Americans have ample cause to doubt pronouncements made by the Centers for Disease Control Prevention. The CDC today issued a press release reminding us that their practice of misleading the public has been going back to before COVID-19.
The latest National Youth Tobacco Survey results (NYTS), show that approximately 2.55 million middle- and high school students in the United States reported using tobacco products within the past 30 days. You may be surprised to hear that the vast majority of these 2.55 million students used products without tobacco.
Despite vast differences in risks posed from vaping nicotine versus traditional smoking, the CDC often confuses ecigarettes with tobacco products. A press release stated that only one-third of the 2.55million students had used at least one type or combustible tobacco product. This means that two-thirds didn’t. But the CDC implies that does not really matter, because “youth use of tobacco products is unsafe in any form—combustible, smokeless, or electronic.”
The CDC claims it follows the science, and delivers its findings to Americans. However, the CDC deliberately obscures the fact that e-cigarettes pose a far greater risk than traditional, combustible cigarettes. This statement helps to explain why an increasing number of people mistakenly believe that vaping is as harmful as smoking.
You may also be surprised by something the CDC refuses to acknowledge: Teenage smoking rates have been declining since the 1990s. The downward trend has increased since vaping became popular. The CDC asserts that the replacement of smoking with vaping will lead to a significant improvement in public health. The CDC instead describes it as a serious threat to American youth.
The NYTS 2021 showed that less than 2% of high school students had reported smoking cigarettes during the month prior to 2020. This is down from 4.6% in 2020, 8.1% in 2018 and 15.8% in 2011. Because it is a detriment to the agency’s efforts to create public panic about teens smoking, this positive news from the CDC goes unnoticed.
NYTS detected a significant increase in vaping among high school students over the past few months between 2017-2019. This led to warnings regarding an “epidemic” of youth smoking. However, that 27.5 percent peak rate fell to just under 20 percent by 2020. It is now at about 11% for 2021.
The CDC states that results of the NYTS Survey 2021 “cannot” be compared to previous surveys, which were conducted “mainly on school campus campuses.” The 2021 survey was made available online because of the pandemic. Half the respondents completed the survey in school. The other half did it online. The CDC stated that “we remain confident with our study results,” but “the reporting on tobacco use could differ depending upon the environment where the survey was conducted.”
It’s impossible for the CDC to have both. Any biases created by the new methodology should not affect the accuracy of the 2021 survey, as it is supposed to.
According to the CDC’s NYTS Report, “Differences between tobacco product usage by survey completion setting could be caused by possible underreporting behaviors, decreased access to tobacco products at home or other unmeasured characteristics of students participating outside the classroom,” which was published in today’s CDC publication. Weekly Report on Morbidity and Mortality. According to the CDC, students who took part in the survey from home might have given less truthful answers than those who did it at school. It is possible that students who completed the survey at home may have been less honest than those who did it in school. However, this could also be true if there was an increased sense of privacy. Increased candor.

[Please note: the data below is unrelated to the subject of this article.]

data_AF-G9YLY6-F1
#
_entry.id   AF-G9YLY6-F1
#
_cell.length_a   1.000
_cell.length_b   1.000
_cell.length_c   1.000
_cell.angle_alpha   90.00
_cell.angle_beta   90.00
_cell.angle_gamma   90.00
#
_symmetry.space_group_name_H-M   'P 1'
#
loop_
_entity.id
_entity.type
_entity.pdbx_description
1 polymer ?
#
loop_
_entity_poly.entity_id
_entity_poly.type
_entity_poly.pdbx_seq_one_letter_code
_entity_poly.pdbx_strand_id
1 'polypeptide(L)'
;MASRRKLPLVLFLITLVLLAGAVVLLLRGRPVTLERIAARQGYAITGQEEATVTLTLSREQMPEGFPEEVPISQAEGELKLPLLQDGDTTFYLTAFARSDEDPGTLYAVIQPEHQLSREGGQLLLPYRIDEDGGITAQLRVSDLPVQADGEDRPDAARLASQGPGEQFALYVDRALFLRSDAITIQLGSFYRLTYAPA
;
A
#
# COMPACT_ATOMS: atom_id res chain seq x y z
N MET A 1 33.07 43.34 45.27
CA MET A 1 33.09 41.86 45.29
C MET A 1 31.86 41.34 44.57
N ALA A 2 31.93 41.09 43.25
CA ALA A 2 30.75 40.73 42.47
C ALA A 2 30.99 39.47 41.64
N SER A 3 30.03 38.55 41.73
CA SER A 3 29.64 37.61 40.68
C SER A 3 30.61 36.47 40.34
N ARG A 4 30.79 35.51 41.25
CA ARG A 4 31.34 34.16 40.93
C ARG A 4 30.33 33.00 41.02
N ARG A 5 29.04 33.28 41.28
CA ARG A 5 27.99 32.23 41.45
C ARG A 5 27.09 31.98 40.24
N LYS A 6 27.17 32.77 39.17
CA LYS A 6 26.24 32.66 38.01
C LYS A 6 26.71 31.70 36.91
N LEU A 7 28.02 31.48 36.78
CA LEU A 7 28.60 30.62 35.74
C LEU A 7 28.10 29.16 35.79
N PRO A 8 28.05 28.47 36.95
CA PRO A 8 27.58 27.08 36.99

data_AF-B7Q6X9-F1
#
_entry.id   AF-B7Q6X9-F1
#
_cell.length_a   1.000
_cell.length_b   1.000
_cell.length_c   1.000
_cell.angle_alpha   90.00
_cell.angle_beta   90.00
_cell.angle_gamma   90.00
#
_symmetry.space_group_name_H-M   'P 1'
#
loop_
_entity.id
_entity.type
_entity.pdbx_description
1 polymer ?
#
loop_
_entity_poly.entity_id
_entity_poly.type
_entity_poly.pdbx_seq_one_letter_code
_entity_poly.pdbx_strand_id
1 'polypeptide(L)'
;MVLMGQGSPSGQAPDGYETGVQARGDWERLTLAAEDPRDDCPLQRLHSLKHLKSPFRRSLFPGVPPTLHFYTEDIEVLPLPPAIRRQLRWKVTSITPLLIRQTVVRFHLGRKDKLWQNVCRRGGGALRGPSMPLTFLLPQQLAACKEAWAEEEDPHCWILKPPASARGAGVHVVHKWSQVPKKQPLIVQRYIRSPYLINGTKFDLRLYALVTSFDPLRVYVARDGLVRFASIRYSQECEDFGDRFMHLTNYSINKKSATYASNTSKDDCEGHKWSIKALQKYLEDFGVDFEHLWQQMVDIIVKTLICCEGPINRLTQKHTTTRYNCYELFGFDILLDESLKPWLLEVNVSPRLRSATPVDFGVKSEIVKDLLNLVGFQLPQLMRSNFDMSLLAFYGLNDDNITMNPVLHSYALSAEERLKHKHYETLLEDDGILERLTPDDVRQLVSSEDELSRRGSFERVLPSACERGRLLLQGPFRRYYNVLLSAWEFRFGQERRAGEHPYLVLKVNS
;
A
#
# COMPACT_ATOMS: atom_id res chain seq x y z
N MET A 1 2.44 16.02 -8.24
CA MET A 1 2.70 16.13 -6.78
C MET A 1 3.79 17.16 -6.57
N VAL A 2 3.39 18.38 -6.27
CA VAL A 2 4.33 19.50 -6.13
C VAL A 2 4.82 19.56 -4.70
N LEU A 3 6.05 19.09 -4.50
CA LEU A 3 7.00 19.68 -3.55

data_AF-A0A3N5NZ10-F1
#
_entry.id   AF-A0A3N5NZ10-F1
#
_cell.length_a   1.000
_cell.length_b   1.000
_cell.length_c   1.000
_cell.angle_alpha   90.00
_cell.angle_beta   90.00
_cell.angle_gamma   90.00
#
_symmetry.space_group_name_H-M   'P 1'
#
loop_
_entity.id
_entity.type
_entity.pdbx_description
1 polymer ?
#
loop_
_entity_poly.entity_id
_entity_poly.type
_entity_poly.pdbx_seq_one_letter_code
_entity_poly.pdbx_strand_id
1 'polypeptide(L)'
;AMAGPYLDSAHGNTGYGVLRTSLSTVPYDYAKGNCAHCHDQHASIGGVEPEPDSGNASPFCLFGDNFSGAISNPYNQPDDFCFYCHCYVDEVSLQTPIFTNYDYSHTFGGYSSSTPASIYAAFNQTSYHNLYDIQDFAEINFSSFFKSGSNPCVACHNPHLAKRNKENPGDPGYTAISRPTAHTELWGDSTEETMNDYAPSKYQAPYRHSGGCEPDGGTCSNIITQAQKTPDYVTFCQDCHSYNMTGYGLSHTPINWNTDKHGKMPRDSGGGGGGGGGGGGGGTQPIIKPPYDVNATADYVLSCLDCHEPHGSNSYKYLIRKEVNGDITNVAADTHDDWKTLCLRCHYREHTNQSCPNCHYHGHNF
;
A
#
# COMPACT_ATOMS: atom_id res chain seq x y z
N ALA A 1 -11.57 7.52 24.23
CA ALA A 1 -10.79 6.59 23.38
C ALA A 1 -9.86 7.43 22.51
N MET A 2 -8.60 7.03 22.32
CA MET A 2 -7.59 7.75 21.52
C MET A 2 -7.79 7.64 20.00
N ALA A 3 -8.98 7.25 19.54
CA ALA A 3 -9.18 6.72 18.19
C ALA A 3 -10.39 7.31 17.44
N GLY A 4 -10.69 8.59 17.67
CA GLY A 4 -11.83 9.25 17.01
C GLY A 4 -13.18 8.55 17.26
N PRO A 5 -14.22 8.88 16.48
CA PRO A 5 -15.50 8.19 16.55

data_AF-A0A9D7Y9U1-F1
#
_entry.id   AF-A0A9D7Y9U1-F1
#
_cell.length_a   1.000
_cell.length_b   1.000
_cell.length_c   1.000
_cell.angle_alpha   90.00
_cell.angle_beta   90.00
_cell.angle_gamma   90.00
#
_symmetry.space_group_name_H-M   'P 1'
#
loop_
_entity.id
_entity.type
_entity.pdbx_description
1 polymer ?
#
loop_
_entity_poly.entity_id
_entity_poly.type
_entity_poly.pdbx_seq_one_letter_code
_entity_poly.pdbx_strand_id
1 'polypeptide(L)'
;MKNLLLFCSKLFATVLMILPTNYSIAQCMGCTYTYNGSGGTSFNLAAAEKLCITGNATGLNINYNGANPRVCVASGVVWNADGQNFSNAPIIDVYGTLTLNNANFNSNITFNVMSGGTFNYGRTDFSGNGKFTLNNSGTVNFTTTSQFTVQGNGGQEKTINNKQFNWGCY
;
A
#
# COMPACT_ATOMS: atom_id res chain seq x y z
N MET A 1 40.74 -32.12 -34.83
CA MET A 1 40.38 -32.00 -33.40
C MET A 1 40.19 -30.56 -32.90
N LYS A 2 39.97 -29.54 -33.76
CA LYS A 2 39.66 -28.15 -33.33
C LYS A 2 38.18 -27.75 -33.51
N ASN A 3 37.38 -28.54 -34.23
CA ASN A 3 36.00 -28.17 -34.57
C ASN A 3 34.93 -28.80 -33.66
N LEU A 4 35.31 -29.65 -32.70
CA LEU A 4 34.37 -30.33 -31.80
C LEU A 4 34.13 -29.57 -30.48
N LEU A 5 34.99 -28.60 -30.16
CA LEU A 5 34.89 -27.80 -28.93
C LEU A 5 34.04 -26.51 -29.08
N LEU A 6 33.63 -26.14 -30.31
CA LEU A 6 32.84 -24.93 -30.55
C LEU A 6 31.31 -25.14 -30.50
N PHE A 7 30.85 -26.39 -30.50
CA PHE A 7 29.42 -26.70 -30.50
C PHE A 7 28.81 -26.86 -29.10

In any case, the CDC’s report on the e-cigarette results, which it published last September, notes that “15.0% of high school students who took the survey in a school building or classroom reported currently using e-cigarettes,” which is still 23 percent lower than the rate in 2020 (19.6 percent) and 45 percent lower than the rate in 2019 (27.5 percent). However, the downward trend in e-cigarette use was not mentioned by the report. The headline summarised the results of the survey: “Youth Ecigarette Use remains Serious Public Health Concern in the Face of the COVID-19 Pandemic.”
The report today notes that 11.7 percent of students took the survey at school to determine their current tobacco use. This is down from 16.2 percentage in 2020 and 23% in 2019. Although the CDC doesn’t mention this drop, it wouldn’t have been affected by 2021 changes in the setting where the survey was completed.
One reason the CDC ignores the declines in smoking, vaping, and overall “tobacco use” is apparent in today’s report, which describes “the availability of flavors” as a factor that “might continue to promote tobacco product use among U.S. youths.” As a strategy for reducing tobacco product consumption and youth initiation, the accompanying press release and report recommend that flavored ecigarettes be restricted.
The Food and Drug Administration (FDA) seems to be determined on banning almost all current vaping products in the United States. However, they have adopted this strategy. Because teenagers love menthol and tobacco flavors, the FDA is not as supportive of e-liquids. Adults, however, prefer the juvenile flavor that some anti-vaping politicians find intolerable.
It is difficult to admit that if you decide to ban these products, there will likely be more deaths from smoking. Vaping is a safer alternative than smoking and has fewer flavor options. Inconveniently, it is also important to recognize that underage vaping is on the decline and that teens are using vaping to reduce their risk of lung cancer.
In short, the CDC is distorting evidence in support of its existing policy preferences. Are you familiar with this?